WASHINGTON – Even though the next Federal Election is still more than 15 months away, at least one person has already come forward to challenge Tom Reed (R-Corning) for his seat representing New York’s 23rd Congressional District.
Earlier this month, Randolph, NY native and U.S. Navy Reserve commander John Plumb (D-Lakewood) announced his intention to run for Congress on the Democratic ticket.
In a media release announcing his candidacy, the 45 year-old Plumb said he’s heard from too many families who feel Washington isn’t listening to the rural communities of Western New York, with the middle class and working families find it harder and harder to get ahead.
Plumb, who grew up in the area and graduated from Randolph in 1988, resigned in May as director for defense policy and strategy at the White House National Security Council to run full-time for Congress. It’s been reported that he has since set up a residence in Lakewood, just prior to announcing his candidacy.
WRFA has reached out to Plumb to get more specific details about his running for election, including his platform and his strategy for challenging an entrenched opponent in a largely Republican district, but his campaign has said he is unable to talk with us at this time and could not provide a timeline on exactly when the candidate would be available.
REED WELCOMES CHALLENGER
Meanwhile, Congressman Reed has offered his initial thoughts on the first challenger of the 2016 campaign. During a conference call with local media earlier this month, Reed said that while he doesn’t know too much about Plumb right now, he’s confident the differences between him and the Democratic challenger will come to light as we get closer to November 2016.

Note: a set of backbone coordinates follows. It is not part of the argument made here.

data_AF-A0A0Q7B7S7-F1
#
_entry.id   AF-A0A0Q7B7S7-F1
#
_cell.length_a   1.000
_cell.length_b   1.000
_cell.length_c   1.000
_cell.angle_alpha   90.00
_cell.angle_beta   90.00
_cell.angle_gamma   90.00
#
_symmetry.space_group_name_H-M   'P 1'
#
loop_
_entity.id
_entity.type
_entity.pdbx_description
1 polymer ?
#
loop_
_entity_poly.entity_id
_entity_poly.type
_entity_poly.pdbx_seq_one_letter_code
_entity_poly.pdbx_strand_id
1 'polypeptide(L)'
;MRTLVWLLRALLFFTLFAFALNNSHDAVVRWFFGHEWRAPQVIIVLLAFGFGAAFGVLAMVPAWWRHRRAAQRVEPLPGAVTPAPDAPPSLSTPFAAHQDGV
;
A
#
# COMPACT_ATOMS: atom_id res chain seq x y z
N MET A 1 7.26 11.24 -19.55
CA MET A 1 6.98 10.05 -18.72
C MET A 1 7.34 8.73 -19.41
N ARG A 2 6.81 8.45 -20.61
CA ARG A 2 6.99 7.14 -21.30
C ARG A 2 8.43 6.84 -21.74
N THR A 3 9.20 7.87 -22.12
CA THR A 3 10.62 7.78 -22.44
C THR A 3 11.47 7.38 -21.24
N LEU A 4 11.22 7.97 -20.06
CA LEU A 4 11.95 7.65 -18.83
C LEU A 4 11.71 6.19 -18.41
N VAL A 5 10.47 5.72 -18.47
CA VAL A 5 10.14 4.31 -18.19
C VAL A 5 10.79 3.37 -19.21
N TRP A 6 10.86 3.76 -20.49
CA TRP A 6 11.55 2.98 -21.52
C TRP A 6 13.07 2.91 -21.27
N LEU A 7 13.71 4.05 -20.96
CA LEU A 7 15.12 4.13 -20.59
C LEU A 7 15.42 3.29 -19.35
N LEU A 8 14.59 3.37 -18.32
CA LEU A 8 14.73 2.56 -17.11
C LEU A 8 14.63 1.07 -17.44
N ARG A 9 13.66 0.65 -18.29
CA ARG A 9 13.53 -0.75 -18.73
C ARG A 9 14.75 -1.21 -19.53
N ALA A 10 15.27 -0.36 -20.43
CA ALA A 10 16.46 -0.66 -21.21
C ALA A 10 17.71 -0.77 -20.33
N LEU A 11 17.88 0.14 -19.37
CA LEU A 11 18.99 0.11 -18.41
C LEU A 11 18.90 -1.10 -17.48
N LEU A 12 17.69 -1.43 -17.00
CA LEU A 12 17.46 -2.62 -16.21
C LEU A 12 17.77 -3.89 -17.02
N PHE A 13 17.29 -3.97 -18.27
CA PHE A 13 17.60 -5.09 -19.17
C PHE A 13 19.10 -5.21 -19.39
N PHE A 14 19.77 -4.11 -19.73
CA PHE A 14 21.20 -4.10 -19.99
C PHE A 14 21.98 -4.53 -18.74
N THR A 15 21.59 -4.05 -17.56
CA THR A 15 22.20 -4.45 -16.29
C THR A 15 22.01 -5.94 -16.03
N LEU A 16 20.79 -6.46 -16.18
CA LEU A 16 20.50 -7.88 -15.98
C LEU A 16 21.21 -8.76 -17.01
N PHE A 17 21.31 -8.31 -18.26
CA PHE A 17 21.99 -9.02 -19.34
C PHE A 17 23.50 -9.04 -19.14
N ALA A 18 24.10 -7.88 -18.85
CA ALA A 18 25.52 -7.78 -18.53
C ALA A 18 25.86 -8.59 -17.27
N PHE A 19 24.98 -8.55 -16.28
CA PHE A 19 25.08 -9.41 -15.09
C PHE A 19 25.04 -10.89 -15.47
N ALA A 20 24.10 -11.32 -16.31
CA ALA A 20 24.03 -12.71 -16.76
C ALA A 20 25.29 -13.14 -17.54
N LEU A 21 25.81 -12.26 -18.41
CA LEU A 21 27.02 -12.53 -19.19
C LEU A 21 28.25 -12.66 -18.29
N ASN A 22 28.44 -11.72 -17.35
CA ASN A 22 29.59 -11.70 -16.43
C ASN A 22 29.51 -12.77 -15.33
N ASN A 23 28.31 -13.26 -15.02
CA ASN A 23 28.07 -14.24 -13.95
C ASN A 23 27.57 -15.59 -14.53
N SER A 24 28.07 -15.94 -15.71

“Mr. Plumb apparently is coming from the mindset that there is unlimited pots of money in Washington, D.C. and will continue to carry on his boss’s – president Obama – work of raising the deficit; the debt can be an unlimited albatross on the backs of the taxpayers of the 23rd district along with their kids and their grand kids. I think that that’s going to be a clear contradiction between the two of us,” Reed said.
Reed also said that even though he’s focused on representing his constituents, he’s also aware that he’ll have to focus on running for reelection, although that probably won’t begin until the late spring of 2016.
“this is democracy and people have the right to choose, and I agree with that,” Reed said. “It’s fundamentally up to the people to decide. Plumb is the first opponent and I’m sure there may be others who are contemplating it on the Democratic side and are likely to get into the race between now and then. My focus is obviously to do the job I was sent by the voters to Washington D.C. to do, and that’s to fight for them day-in and day-out while we’re in office.”
As for Plumb, he’s already received endorsement from several Democratic leaders, including Chautauqua County Democratic Committee Chairman Norman Green and the Tompkins County Democratic Committee on the eastern side of the district, where Reed’s last two Democratic challengers – Nate Shinagowa (2012) and Martha Robertson (2014) had hailed from.